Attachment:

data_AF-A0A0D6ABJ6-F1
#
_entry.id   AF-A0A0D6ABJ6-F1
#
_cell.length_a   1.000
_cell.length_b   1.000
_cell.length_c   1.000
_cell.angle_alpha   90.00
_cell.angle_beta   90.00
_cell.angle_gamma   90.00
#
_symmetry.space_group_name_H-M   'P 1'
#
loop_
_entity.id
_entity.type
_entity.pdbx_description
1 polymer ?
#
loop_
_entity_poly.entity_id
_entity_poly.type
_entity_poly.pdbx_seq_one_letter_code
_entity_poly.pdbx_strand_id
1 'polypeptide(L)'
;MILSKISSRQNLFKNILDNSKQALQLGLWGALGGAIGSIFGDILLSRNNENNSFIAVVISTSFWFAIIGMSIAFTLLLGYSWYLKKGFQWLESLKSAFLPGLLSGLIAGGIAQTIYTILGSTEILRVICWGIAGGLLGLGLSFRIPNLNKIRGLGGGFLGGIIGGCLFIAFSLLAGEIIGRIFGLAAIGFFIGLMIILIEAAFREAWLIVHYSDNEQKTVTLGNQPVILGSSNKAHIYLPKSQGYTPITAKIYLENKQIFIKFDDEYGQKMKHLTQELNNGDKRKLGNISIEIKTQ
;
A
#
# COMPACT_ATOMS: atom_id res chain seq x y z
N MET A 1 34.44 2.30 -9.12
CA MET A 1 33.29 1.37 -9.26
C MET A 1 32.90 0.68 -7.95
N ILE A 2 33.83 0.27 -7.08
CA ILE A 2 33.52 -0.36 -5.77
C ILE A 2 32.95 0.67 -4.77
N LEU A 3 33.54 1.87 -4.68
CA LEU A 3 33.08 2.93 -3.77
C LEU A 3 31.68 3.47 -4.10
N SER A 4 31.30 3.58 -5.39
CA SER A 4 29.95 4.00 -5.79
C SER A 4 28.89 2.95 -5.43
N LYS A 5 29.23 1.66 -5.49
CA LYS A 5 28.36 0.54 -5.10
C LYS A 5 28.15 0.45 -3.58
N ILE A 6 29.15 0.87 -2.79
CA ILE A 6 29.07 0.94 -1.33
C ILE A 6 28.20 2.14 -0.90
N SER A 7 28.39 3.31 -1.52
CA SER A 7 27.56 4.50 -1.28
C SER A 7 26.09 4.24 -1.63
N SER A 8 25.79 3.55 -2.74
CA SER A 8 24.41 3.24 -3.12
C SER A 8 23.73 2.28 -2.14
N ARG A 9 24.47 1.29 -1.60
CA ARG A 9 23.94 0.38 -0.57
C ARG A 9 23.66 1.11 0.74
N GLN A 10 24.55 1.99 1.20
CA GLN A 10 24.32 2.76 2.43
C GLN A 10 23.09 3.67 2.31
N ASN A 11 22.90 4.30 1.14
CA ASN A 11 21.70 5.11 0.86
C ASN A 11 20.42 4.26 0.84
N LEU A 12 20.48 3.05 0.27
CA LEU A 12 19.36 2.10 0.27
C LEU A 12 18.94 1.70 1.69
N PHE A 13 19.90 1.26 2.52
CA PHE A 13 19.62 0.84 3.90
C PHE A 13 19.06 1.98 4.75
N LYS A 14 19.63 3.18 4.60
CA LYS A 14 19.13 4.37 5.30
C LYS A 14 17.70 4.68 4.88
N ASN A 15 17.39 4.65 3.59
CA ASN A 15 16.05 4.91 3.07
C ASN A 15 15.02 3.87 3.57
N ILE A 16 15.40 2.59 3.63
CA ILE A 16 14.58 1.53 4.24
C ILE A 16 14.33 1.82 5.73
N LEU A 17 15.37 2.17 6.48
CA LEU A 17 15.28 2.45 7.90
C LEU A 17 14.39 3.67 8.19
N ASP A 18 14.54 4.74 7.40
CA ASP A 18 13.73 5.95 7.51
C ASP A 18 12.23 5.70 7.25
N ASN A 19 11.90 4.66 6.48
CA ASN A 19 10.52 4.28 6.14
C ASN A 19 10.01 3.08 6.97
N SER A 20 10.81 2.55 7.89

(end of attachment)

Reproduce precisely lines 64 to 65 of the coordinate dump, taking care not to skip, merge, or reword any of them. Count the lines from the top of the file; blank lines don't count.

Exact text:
N LEU A 12 20.48 3.05 0.27
CA LEU A 12 19.36 2.10 0.27